Simultaneous or overlapping talk is known to be a particular problem for individuals who have a hearing loss, even when using a conventional hearing aid or cochlear implant. Until recently, even in one-to-one settings many users would need optimum conditions in order to hold a satisfactory conversation, and professionals have steered clear of advising cochlear implant users about how to deal with situations of overlapping talk on the basis that such a situation would be just too hard to handle. However, recent improvements in the signal processing strategies used in cochlear implants mean that it is now more realistic for users to attempt to engage in conversations where overlapping talk occurs. We therefore aim to engage with a group of adult users of cochlear implants in order to develop useful training materials for handling overlapping talk in conversation.

An interactive demonstration of expressive timing in music

PI: Renee Timmers, Department of Music, University of Sheffield
Dates: Feb 2014 – Jun 2014

This project is funded by a Sheffield University 'wider participation' grant which supports the development of an interactive music performance analysis demonstration allowing participants to explore performance expression in two domains: jazzy swing and romantic rubato.

With years of experience and practice, musicians gain implicit knowledge about where to speed up or slow down in music, when to lengthen or shorten notes, and where to place accents for special effect. As listeners, we are accustomed to these micro-scale variations in music, and are not necessarily aware of the extent to which performers vary their timing and tempo for expressive effect. Although the exact characteristics of a performance depend on a musician's individual interpretation of the music, there are certain regularities or rules that are commonly observed across different performances within a particular genre. The rise of digital tools in music analysis has allowed a (semi-)automatic investigation of such performance characteristics, and consequently has deepened our understanding of performance processes.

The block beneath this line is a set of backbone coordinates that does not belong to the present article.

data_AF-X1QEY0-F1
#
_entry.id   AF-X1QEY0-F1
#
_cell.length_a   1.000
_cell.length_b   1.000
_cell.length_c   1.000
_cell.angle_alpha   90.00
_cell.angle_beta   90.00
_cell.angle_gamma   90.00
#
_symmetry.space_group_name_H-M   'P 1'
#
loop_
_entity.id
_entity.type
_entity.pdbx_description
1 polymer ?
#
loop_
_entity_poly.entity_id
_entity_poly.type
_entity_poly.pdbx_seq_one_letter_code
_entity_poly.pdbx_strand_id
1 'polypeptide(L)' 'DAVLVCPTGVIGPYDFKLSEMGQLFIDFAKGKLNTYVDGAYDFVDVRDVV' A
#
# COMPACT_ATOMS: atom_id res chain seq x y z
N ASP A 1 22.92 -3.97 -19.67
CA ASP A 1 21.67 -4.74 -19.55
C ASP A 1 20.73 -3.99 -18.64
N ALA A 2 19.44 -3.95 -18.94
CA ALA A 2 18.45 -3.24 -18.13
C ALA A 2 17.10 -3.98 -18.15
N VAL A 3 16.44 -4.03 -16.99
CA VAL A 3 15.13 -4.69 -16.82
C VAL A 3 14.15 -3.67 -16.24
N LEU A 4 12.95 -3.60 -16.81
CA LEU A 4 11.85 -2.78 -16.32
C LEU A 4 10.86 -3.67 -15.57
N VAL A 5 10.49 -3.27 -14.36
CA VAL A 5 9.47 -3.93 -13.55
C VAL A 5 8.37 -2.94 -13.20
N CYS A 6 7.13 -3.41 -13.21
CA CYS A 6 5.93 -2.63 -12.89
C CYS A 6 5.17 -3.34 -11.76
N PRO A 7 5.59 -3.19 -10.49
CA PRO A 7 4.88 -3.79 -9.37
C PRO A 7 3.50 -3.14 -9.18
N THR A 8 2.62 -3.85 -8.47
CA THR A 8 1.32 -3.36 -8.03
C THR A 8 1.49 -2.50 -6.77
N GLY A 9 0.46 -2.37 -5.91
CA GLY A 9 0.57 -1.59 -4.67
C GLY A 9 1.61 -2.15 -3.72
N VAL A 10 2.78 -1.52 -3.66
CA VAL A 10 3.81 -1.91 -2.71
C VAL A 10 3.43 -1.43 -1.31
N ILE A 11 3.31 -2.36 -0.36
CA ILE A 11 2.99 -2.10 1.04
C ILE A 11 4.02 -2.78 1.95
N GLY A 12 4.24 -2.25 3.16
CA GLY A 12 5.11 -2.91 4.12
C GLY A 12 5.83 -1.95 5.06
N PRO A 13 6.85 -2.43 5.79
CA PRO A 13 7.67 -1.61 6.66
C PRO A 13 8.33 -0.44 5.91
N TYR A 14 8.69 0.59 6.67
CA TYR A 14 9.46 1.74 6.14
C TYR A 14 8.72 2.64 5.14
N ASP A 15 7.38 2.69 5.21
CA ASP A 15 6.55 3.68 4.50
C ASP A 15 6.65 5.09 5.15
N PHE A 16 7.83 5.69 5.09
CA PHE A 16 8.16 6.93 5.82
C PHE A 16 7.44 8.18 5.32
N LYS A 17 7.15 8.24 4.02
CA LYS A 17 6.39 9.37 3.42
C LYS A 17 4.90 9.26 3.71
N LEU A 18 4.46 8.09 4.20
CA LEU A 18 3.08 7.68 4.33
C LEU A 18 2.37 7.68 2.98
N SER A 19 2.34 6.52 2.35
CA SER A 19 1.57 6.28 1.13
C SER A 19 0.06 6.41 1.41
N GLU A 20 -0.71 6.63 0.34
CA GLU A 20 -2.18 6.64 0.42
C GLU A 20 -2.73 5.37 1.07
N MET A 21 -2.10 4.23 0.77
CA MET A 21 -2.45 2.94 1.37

Speech technology for language learning

PI: Thomas Hain, Department of Computer Science, University of Sheffield
Dates: Nov 2012 – Feb 2014

In collaboration with our industrial partners, we develop computer-assisted pronunciation training tools for Dutch learners of English.

In all areas of life there is a growing demand for people who speak languages well. Yet pronunciation and language training require a lot of practice, with exercises and feedback tailored to the specific needs of each individual learner. Most traditional language classes cannot deliver that level of support, and as a result, computer-assisted language learning has become an area of great interest to the general public. Our project concentrates on three themes: visualisation of pronunciation (and errors); utterance verification (speech recognition); and pronunciation quality assessment.

Compensation for reverberation

PI: Guy Brown, Department of Computer Science, University of Sheffield
Dates: Oct 2008 – Jan 2015, part-time

My PhD research was funded within an EPSRC project on perceptual constancy in audition.

Reverberation poses a problem for artificial listening devices, and automatic speech recognition suffers increased error rates when reflected sound energy is present. My approach to this topic lies in the development of computational models based on psychoacoustic principles of hearing. Like people, these models use auditory feedback signals to glean environmental clues from contextual sound, and use these clues to inform their recognition of spoken words in reverberant rooms. Unlike existing methods of dereverberation, the proposed strategy addresses the rapid changes in acoustic conditions that occur in every-day listening.